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Otto Binder: The Life and Work of a Comic Book and Science Fiction Visionary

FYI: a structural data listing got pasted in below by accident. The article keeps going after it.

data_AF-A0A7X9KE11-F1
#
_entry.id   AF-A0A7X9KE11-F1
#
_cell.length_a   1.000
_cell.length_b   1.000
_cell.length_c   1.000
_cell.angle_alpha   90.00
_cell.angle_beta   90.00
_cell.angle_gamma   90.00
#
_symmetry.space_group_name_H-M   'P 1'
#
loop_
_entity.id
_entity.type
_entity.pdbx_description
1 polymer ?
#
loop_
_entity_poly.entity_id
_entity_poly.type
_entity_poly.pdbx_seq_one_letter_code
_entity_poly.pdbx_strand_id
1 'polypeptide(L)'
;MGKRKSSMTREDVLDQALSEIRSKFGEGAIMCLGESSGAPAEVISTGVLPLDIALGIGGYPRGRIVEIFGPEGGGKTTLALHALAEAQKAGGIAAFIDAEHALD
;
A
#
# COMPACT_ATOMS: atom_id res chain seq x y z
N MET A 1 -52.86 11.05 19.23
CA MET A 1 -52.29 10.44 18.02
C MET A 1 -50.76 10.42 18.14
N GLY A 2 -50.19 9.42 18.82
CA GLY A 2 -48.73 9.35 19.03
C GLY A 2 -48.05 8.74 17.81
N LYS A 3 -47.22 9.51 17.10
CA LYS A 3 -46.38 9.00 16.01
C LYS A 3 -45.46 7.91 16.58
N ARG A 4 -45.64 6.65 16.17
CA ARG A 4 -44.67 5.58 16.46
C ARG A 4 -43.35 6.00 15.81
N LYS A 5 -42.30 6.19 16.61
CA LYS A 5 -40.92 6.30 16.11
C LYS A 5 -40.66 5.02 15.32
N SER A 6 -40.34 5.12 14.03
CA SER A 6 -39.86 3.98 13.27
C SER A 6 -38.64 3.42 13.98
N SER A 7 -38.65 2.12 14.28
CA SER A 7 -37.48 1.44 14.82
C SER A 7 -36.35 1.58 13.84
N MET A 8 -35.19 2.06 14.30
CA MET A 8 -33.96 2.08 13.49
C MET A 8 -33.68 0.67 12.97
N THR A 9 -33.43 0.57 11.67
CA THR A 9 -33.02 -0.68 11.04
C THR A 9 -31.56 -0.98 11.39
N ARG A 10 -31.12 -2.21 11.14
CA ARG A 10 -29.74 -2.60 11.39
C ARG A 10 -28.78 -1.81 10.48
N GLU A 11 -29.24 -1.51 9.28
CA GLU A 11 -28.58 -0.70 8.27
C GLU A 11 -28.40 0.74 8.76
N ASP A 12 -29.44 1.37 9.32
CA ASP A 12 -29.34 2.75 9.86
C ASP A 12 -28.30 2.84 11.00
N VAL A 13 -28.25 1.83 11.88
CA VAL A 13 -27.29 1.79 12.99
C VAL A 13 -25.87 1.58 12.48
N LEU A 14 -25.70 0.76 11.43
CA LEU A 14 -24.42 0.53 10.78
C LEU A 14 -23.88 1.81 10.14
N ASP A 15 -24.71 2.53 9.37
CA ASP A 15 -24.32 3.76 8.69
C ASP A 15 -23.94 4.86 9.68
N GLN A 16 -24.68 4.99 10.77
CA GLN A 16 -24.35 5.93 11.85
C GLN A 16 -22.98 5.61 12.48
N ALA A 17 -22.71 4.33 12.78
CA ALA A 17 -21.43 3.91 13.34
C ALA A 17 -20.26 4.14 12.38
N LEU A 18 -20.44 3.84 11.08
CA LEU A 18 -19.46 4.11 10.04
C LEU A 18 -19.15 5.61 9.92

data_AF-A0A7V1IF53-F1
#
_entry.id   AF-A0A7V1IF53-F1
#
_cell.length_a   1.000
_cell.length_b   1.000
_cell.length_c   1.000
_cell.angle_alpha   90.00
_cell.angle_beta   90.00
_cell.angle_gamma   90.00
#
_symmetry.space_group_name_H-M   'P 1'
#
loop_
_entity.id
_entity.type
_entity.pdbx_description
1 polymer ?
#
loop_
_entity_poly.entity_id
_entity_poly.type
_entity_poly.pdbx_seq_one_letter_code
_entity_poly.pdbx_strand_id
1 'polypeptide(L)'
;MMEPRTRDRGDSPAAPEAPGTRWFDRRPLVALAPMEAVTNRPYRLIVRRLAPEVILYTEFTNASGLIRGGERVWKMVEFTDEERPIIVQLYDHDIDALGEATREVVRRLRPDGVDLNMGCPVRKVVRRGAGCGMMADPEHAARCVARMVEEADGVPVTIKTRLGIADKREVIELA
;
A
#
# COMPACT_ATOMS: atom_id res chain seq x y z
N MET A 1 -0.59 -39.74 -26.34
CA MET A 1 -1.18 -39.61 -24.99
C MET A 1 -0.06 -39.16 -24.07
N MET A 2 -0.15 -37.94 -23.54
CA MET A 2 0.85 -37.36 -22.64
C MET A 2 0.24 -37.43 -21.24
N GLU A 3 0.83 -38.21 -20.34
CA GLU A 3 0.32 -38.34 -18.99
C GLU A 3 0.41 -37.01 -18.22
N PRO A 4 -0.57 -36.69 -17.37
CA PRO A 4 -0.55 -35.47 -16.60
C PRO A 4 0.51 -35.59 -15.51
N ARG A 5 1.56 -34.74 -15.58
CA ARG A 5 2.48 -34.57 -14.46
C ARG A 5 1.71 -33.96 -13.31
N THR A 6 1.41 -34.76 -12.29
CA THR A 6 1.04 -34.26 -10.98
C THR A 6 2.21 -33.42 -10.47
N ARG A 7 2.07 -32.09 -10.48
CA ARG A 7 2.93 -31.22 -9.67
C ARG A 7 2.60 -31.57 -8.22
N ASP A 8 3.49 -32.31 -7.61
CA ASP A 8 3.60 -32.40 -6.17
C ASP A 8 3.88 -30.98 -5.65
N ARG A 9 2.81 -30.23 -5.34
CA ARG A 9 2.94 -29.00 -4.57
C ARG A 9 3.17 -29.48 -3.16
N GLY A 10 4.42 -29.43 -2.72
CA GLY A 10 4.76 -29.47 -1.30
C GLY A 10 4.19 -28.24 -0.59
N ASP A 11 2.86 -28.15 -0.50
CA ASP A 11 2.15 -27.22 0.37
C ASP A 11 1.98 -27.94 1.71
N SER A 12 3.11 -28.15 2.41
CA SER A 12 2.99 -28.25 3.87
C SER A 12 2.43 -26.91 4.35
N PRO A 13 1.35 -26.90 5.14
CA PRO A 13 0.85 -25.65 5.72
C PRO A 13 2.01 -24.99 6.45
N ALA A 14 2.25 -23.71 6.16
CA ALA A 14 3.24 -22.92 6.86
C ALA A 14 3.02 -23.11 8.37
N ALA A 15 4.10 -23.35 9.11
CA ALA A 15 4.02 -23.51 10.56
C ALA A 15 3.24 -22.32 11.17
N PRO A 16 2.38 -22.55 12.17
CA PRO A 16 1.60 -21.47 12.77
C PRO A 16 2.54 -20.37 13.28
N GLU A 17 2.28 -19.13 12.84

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Otto Binder: The Life and Work of a Comic Book and Science Fiction Visionary chronicles the career of Otto Binder, from pulp magazine author to writer of Supergirl, Captain Marvel, and Superman comics. As the originator of the first sentient robot in literature ("I, Robot," published in Amazing Stories in 1939 and predating Isaac Asimov's collection of the same name), Bind Otto Binder: The Life and Work of a Comic Book and Science Fiction Visionary chronicles the career of Otto Binder, from pulp magazine author to writer of Supergirl, Captain Marvel, and Superman comics. As the originator of the first sentient robot in literature ("I, Robot," published in Amazing Stories in 1939 and predating Isaac Asimov's collection of the same name), Binder's effect on science fiction was profound. Within the world of comic books, he created or co-created much of the Superman universe, including Smallville; Krypto, Superboy's dog; Supergirl; and the villain Braniac. Binder is also credited with writing many of the first "Bizarro" storylines for DC Comics, as well as for being the main writer for the Captain Marvel comics. In later years, Binder expanded from comic books into pure science writing, publishing dozens of books and articles on the subject of satellites and space travel as well as UFOs and extraterrestrial life. Comic book historian Bill Schelly tells the tale of Otto Binder through comic panels, personal letters, and interviews with Binder's own family and friends. Schelly weaves together Binder's professional successes and personal tragedies, including the death of Binder's only daughter and his wife's struggle with mental illness. A touching and human story, Otto Binder: The Life and Work of a Comic Book and Science Fiction Visionary is a biography that is both meticulously researched and beautifully told, keeping alive Binder's spirit of scientific curiosity and whimsy.